Tips on reducing computation time

I have been trying to use the conversion featurizers on a personal dataset of compositions. However this dataset has decimal based compositions instead of integer ones (Cu0.75Pd0.25 vs Cu3Pd for example). Upon transforming them into integer based compositions, some compositions became very large (for example, Cu158655Pd1684) and hence when I attempt to apply featurizers to the dataset, the time required for the computation is very high. Is there anything I can do to reduce the computation time? I have already tried truncating the compositions by a factor of 1000. However, even after truncation, some compositions still had 3 digits and still took a significant amount of time to process. Thank you for the assistance in this matter

Hey Andrew,

Could you paste the code you are using to instantiate and run the conversion featurizer? I am guessing you are using StrToComposition. It will be much easier to troubleshoot if we can see some of the code you are running.


A way to recreate the error is

from pymatgen import Composition
from matminer.featurizers.conversions import *
ctoc = CompositionToOxidComposition()

I used the time tracking feature and this line of code took me 10.5 seconds to run and the time taken increases as the numbers increase. Furthermore, I have over 4500 compositions similar to this that need to be run, resulting in a very long processing time.

Hey Andrew,

We have an issue for this currently open on the matminer repo:

However, the underlying slowness is likely coming from pymatgen’s conversion from non oxidation state-containing composition to oxidation state-containing composition. You may have more luck asking on the pymatgen forum of

On a more fundamental level though, it seems you are dealing with metal alloy compositions, no? What is the significance of these oxidation states in metals? From what I know, pymatgen simply uses known oxidation states of elements and the composition to solve a series of linear equations (i.e., Fe2O3 means Fe+3 and O-2). In metal alloys, I am not sure these oxidation states are meaningful, but perhaps someone else can advise (e.g., @alex)


The oxidation guesses are really for ionic compounds. For an intermetallic like Cu-Pd alloy, the only oxidation states you care about are Cu0+ and Pd0+.

From the user side, you could detect alloy compositions and just assign the oxidation states yourself rather than using the algorithm to guess the oxidation state. The algorithm takes a long time since it tries to enumerate all the possible oxidation states of all atoms and runs through them to see if they are charge balanced, then ranks solutions according to a probability. With a ton of atoms, the enumeration becomes huge.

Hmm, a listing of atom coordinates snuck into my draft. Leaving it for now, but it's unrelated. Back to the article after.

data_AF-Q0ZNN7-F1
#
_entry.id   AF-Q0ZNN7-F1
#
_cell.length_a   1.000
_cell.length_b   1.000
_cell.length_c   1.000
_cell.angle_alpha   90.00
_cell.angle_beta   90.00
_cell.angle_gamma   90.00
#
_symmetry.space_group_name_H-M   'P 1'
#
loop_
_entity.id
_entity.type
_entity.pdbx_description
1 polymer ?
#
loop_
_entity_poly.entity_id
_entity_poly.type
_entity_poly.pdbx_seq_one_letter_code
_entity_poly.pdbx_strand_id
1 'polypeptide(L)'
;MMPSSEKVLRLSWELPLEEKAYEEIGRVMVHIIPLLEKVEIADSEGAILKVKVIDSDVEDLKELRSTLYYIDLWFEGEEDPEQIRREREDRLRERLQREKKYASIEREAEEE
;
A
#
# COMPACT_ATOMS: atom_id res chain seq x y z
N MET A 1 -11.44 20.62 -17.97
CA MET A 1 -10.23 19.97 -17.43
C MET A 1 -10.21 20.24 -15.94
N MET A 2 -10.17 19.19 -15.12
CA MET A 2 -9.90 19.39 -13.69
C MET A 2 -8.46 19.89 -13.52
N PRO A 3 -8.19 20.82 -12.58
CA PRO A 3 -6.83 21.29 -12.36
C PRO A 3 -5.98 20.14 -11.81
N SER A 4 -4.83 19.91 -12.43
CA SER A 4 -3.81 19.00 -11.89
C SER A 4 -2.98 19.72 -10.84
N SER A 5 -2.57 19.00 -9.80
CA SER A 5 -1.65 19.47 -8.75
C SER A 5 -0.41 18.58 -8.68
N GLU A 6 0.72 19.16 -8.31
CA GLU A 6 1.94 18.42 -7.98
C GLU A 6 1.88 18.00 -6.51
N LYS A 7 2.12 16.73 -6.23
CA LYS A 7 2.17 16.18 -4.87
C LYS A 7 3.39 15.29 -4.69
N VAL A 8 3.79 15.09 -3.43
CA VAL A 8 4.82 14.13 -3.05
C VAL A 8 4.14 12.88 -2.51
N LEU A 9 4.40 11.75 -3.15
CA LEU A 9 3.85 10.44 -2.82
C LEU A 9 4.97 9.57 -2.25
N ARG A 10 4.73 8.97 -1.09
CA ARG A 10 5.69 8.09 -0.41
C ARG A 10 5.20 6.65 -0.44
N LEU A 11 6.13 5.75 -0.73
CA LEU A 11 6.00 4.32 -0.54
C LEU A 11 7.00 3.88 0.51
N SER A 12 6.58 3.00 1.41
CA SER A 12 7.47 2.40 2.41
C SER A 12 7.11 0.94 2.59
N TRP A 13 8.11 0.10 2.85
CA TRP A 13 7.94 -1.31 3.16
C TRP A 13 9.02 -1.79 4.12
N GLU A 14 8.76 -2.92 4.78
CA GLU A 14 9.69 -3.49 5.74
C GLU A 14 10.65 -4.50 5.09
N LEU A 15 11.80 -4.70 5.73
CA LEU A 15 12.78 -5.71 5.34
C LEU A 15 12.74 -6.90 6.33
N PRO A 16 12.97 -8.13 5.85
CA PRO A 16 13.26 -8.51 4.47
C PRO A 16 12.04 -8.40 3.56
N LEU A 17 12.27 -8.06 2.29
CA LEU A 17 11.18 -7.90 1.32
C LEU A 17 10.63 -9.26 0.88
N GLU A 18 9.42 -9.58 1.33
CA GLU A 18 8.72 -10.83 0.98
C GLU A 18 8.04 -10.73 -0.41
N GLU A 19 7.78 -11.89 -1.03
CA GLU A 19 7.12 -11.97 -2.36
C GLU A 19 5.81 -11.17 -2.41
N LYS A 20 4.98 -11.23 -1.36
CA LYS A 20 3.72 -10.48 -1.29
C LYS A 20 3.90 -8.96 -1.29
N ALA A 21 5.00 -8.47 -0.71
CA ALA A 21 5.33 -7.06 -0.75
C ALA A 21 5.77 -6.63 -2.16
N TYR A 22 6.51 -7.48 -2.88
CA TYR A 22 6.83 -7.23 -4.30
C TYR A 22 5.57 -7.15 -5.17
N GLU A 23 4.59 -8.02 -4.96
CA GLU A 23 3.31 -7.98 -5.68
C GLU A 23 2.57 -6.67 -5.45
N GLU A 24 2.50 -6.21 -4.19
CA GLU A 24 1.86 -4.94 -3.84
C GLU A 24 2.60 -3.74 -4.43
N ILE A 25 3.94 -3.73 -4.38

From the developer side, one should modify the pymatgen oxidation guess algorithm so that:

  • if all known oxidation states of the elements are either positive or negative, it just returns zero for everything without enumeration. In this case, the possible oxidation states for Cu is just 2+ and for Pd is 2+, 4+, so there is no way to achieve zero overall charge. So Cu and Pd would just be assigned 0+ almost instaneously.
  • (slightly more rigorous) - if each atom is assigned its most negative oxidation state, and the sum is still greater than zero, you can’t possibly charge balance. Or, if each atom is assigned its most positive oxidation state, and the sum is still less than zero, you can’t possibly charge balance.

This would be a simple developer-side change that would make this algorithm robust to throwing in things like Cu3253535Pd3215

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Could you advise me on how I can assign the oxidation states by myself? I think this would help with my issue tremendously.

You can use a code like below to assign oxidation states to a Composition object. If I get a chance I’ll push a function to Composition object that makes this easier:

from pymatgen import Composition, Specie

el_oxi = {"Fe": 0, "Pd": 0}
comp = Composition("Fe354Pd35")

species_amts = {}
for elem, amt in comp.items():
    el = str(elem)
    species_amts[Specie(el, el_oxi[el])] = amt
comp_oxid = Composition(species_amts)